Mother of all problems: Expert tips for mothers on managing COVID-19 stress
HALIFAX -- Mothers are among the most stressed during the pandemic. Many of them juggling many types of work, on top of working from home.
The stress many mothers feel has been adding up since the start of the pandemic, according to at least one expert.
"It’s incredible," says Dr. Tanya Tulipan. She’s an IWK doctor in the reproductive mental health services department, and teaches the prenatal mental health at Dalhousie.
"I'm getting phone calls from women who are having anxiety attacks from it all – especially moms who are very hard on themselves," says Tulipan. “They feel like they can’t do anything right."
Kimberly Grant, a mother of two, is home with her kids during the third wave of COVID-19. She says they’re both adjusting to the changes – but some days are better than others.
"One of my kids wakes me up – early," she says. “And I’m still half asleep and I’m like: 'do you want to watch Netflix on your phone? Because mommy can’t even manage yet.'"
Dr. Tulipan says it’s okay to feel this way.
"Engage in what we call 'radical acceptance,'" she says. “That this is a tough time for everything – that nobody is going to be at their best, and that’s okay."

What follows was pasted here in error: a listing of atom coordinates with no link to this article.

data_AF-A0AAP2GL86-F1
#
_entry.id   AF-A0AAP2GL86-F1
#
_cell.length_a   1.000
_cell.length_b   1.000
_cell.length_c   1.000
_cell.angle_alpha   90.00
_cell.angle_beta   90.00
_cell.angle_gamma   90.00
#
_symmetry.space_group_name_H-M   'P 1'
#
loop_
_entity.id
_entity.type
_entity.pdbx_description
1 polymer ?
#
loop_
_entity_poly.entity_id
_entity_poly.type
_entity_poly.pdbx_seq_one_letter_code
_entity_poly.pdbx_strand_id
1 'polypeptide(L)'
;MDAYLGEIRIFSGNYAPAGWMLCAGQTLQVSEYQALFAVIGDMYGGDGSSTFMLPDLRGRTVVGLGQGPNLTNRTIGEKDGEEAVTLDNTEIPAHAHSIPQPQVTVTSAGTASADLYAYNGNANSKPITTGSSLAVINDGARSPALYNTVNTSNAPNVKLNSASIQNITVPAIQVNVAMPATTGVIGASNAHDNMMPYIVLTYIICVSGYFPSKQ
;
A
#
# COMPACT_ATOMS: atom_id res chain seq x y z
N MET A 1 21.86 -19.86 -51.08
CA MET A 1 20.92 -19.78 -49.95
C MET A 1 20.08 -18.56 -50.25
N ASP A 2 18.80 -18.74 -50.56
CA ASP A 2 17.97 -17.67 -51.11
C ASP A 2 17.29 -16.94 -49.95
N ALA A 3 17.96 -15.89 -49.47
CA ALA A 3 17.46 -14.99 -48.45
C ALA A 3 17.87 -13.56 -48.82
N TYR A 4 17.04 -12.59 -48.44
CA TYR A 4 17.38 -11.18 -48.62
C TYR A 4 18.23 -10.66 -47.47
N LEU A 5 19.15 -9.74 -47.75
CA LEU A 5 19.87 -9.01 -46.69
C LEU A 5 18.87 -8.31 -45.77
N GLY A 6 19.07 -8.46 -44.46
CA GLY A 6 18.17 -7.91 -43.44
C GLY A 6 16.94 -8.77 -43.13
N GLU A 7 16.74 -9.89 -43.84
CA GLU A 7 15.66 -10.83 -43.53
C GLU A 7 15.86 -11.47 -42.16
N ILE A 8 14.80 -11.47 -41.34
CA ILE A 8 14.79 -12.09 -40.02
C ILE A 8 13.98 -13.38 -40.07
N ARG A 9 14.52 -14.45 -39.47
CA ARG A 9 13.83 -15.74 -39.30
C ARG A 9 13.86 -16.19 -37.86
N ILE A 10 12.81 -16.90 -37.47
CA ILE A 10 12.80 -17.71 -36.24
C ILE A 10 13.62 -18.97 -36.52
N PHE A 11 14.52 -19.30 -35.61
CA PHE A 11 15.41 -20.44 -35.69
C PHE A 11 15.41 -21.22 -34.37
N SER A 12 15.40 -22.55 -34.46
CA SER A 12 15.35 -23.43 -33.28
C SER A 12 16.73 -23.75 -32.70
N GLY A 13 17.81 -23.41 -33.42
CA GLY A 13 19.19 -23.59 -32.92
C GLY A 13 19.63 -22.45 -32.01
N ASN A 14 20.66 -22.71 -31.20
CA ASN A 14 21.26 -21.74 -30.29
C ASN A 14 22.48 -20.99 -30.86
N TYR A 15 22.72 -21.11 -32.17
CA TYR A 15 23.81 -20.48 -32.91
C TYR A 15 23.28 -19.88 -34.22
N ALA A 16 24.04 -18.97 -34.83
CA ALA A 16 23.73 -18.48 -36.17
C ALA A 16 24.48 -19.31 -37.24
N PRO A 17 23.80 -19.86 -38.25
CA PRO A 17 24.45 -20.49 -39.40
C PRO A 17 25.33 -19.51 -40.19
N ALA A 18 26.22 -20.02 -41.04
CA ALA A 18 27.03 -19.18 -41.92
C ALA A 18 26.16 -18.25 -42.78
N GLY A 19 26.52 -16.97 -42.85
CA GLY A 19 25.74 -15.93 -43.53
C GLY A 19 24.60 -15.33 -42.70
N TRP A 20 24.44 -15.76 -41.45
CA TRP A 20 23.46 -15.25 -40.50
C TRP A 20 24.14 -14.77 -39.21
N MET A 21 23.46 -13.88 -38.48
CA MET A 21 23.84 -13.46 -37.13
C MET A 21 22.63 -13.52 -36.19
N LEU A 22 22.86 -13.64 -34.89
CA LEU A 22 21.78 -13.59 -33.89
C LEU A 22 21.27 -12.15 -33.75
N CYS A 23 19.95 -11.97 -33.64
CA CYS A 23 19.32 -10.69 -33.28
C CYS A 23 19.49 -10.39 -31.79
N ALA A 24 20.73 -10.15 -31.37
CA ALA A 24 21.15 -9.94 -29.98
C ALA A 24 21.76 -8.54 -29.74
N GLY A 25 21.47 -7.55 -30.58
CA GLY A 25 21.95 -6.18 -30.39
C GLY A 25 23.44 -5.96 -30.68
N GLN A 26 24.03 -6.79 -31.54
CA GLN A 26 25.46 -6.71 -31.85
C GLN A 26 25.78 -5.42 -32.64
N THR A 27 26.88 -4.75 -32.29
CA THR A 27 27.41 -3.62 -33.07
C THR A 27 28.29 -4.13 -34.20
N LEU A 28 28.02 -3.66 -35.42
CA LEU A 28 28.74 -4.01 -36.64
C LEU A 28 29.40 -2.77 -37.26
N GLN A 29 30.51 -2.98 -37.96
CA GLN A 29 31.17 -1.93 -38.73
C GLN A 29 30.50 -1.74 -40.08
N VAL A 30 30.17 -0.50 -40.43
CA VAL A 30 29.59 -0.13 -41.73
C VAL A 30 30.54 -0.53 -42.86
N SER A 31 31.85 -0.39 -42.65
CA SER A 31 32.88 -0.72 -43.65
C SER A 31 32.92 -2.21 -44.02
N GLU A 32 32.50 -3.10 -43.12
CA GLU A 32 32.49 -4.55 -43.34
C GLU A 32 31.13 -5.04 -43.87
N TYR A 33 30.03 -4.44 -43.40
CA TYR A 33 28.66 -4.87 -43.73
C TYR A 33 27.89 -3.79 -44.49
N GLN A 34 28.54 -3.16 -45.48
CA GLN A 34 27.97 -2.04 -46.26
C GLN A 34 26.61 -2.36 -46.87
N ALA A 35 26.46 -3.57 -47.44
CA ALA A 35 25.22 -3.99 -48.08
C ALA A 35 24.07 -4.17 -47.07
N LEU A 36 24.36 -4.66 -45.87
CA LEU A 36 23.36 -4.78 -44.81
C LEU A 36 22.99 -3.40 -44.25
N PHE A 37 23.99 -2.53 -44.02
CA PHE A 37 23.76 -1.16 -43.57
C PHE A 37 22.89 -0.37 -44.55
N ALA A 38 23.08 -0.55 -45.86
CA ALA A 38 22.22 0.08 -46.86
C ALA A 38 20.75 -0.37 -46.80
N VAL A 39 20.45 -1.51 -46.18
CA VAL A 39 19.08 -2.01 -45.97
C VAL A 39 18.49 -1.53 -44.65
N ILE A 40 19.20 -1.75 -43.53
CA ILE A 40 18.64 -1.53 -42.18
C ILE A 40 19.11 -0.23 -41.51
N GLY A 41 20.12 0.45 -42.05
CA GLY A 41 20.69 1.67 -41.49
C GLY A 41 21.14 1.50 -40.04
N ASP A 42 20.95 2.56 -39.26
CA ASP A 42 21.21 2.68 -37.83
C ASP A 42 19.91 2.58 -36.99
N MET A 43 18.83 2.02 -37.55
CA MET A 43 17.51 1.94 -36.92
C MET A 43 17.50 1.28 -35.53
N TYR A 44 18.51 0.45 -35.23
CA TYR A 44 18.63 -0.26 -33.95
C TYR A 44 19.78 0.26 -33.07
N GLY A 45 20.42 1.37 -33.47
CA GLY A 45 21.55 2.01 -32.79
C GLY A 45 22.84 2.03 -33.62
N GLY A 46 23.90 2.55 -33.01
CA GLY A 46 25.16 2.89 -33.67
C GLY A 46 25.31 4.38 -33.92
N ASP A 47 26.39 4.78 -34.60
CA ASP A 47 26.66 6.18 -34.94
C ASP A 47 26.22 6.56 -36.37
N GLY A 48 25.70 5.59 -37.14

"You don’t have to be at your best 100 per cent of the time," Tulipan adds.
Jerica Bourque is another mother juggling life during the pandemic.
She’s working from home while her two kids learn from home. She tries to keep a regular routine during COVID-19, but says the latest round of restrictions is making that difficult.
"It’s quite new right now, so it’s not horrible at the moment," she says. "But yesterday and the day before I was feeling more down on myself, you know, I haven’t been able to go to the gym and I’m finding that difficult."
Dr. Tulipan says it’s important to get outside when you can, in a safe way, and connect with family and friends online for support.
She says it’s normal to feel a range of emotions during the pandemic, like uncertainty, fear, and worry – but adds it’s important to understand that this is temporary.
Her final point: if you or someone you know is seriously struggling with mental health, professional help is available.